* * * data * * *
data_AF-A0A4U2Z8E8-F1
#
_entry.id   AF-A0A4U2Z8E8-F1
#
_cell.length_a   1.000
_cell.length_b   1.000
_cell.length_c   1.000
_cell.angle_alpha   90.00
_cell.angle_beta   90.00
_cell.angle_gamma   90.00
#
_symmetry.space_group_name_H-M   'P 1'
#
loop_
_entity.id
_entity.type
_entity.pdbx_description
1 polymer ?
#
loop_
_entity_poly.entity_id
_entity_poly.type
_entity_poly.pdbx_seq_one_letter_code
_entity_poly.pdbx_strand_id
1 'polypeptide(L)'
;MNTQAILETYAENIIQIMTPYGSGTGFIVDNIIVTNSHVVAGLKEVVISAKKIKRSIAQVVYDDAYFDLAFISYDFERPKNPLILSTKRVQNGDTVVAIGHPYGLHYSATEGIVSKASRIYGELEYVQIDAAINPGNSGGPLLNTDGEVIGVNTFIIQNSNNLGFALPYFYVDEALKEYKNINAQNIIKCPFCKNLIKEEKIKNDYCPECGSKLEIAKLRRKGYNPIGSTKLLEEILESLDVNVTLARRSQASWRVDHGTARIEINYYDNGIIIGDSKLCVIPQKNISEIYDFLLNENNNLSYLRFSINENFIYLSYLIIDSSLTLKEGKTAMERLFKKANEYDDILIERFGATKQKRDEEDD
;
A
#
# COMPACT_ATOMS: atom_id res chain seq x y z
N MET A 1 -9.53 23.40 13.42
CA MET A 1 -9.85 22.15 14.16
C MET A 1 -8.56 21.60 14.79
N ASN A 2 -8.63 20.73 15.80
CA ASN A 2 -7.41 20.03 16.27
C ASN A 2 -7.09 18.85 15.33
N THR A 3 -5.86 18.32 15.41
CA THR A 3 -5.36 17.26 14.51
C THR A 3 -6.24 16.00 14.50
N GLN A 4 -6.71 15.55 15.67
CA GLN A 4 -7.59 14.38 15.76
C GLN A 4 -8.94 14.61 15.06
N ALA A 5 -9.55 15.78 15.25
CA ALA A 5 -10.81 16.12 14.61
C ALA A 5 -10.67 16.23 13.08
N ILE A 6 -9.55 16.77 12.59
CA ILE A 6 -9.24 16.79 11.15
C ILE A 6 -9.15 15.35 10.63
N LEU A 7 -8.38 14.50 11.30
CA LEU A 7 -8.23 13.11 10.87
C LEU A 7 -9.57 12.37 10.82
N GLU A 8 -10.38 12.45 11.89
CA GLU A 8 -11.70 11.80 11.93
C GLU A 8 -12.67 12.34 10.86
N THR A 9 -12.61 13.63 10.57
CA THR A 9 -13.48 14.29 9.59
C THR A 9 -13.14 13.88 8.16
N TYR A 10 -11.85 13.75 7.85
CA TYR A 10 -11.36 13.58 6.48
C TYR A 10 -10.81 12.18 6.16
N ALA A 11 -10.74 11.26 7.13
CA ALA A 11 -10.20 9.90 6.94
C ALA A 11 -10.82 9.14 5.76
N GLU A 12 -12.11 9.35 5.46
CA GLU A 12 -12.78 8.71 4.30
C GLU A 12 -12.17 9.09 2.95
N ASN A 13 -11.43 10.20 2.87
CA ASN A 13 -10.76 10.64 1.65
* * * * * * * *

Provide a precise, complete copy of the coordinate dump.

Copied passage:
data_AF-A0A4U2Z8E8-F1
#
_entry.id   AF-A0A4U2Z8E8-F1
#
_cell.length_a   1.000
_cell.length_b   1.000
_cell.length_c   1.000
_cell.angle_alpha   90.00
_cell.angle_beta   90.00
_cell.angle_gamma   90.00
#
_symmetry.space_group_name_H-M   'P 1'
#
loop_
_entity.id
_entity.type
_entity.pdbx_description
1 polymer ?
#
loop_
_entity_poly.entity_id
_entity_poly.type
_entity_poly.pdbx_seq_one_letter_code
_entity_poly.pdbx_strand_id
1 'polypeptide(L)'
;MNTQAILETYAENIIQIMTPYGSGTGFIVDNIIVTNSHVVAGLKEVVISAKKIKRSIAQVVYDDAYFDLAFISYDFERPKNPLILSTKRVQNGDTVVAIGHPYGLHYSATEGIVSKASRIYGELEYVQIDAAINPGNSGGPLLNTDGEVIGVNTFIIQNSNNLGFALPYFYVDEALKEYKNINAQNIIKCPFCKNLIKEEKIKNDYCPECGSKLEIAKLRRKGYNPIGSTKLLEEILESLDVNVTLARRSQASWRVDHGTARIEINYYDNGIIIGDSKLCVIPQKNISEIYDFLLNENNNLSYLRFSINENFIYLSYLIIDSSLTLKEGKTAMERLFKKANEYDDILIERFGATKQKRDEEDD
;
A
#
# COMPACT_ATOMS: atom_id res chain seq x y z
N MET A 1 -9.53 23.40 13.42
CA MET A 1 -9.85 22.15 14.16
C MET A 1 -8.56 21.60 14.79
N ASN A 2 -8.63 20.73 15.80
CA ASN A 2 -7.41 20.03 16.27
C ASN A 2 -7.09 18.85 15.33
N THR A 3 -5.86 18.32 15.41
CA THR A 3 -5.36 17.26 14.51
C THR A 3 -6.24 16.00 14.50
N GLN A 4 -6.71 15.55 15.67
CA GLN A 4 -7.59 14.38 15.76
C GLN A 4 -8.94 14.61 15.06
N ALA A 5 -9.55 15.78 15.25
CA ALA A 5 -10.81 16.12 14.61
C ALA A 5 -10.67 16.23 13.08
N ILE A 6 -9.55 16.77 12.59
CA ILE A 6 -9.24 16.79 11.15
C ILE A 6 -9.15 15.35 10.63
N LEU A 7 -8.38 14.50 11.30
CA LEU A 7 -8.23 13.11 10.87
C LEU A 7 -9.57 12.37 10.82
N GLU A 8 -10.38 12.45 11.89
CA GLU A 8 -11.70 11.80 11.93
C GLU A 8 -12.67 12.34 10.86
N THR A 9 -12.61 13.63 10.57
CA THR A 9 -13.48 14.29 9.59
C THR A 9 -13.14 13.88 8.16
N TYR A 10 -11.85 13.75 7.85
CA TYR A 10 -11.36 13.58 6.48
C TYR A 10 -10.81 12.18 6.16
N ALA A 11 -10.74 11.26 7.13
CA ALA A 11 -10.20 9.90 6.94
C ALA A 11 -10.82 9.14 5.76
N GLU A 12 -12.11 9.35 5.46
CA GLU A 12 -12.78 8.71 4.30
C GLU A 12 -12.17 9.09 2.95
N ASN A 13 -11.43 10.20 2.87
CA ASN A 13 -10.76 10.64 1.65